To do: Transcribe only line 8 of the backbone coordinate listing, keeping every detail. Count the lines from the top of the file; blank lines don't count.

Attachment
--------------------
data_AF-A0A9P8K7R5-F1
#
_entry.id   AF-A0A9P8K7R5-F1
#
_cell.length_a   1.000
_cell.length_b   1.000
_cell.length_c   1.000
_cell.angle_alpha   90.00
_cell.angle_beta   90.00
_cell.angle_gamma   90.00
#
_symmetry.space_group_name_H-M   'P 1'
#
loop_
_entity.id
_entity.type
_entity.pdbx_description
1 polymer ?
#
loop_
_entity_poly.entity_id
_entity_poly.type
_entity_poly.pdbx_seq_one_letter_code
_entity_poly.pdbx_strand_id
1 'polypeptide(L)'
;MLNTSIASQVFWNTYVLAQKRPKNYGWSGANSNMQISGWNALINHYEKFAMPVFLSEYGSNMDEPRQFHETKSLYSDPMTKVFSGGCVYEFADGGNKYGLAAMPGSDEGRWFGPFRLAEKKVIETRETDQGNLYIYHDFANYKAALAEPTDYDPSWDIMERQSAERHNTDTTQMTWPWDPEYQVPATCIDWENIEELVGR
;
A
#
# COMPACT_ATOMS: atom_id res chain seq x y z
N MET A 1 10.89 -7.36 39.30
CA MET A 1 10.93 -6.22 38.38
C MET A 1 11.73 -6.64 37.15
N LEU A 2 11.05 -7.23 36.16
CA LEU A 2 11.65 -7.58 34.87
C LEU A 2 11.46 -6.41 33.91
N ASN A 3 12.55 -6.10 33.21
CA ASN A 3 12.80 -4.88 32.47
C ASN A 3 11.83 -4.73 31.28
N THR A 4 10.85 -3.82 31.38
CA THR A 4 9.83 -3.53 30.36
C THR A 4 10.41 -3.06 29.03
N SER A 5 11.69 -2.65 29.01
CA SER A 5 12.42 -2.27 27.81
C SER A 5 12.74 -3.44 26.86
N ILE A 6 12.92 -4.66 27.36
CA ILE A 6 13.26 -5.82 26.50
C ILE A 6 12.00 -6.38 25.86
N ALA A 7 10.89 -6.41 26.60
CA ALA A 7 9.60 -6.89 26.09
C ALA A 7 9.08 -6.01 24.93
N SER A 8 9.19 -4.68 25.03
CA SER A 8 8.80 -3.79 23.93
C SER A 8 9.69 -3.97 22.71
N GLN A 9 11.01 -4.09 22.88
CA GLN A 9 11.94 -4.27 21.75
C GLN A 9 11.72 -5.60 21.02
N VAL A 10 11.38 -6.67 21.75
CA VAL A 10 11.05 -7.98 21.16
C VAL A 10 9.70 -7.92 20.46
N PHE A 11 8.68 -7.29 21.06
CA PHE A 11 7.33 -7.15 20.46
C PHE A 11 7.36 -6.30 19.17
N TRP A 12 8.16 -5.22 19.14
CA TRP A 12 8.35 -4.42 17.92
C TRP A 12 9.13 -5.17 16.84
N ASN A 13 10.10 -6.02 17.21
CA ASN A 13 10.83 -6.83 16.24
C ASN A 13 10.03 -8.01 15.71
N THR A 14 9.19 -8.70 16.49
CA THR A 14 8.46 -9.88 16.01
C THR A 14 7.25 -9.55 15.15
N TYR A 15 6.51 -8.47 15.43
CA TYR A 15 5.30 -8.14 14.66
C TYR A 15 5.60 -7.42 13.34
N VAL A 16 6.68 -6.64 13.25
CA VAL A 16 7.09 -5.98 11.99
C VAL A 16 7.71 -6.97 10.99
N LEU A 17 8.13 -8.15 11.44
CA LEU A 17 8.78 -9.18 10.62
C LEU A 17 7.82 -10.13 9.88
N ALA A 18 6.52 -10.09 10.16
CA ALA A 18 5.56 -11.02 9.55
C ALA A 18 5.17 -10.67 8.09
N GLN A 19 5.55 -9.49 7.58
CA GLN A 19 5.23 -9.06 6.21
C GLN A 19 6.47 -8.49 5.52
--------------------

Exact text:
_cell.angle_alpha   90.00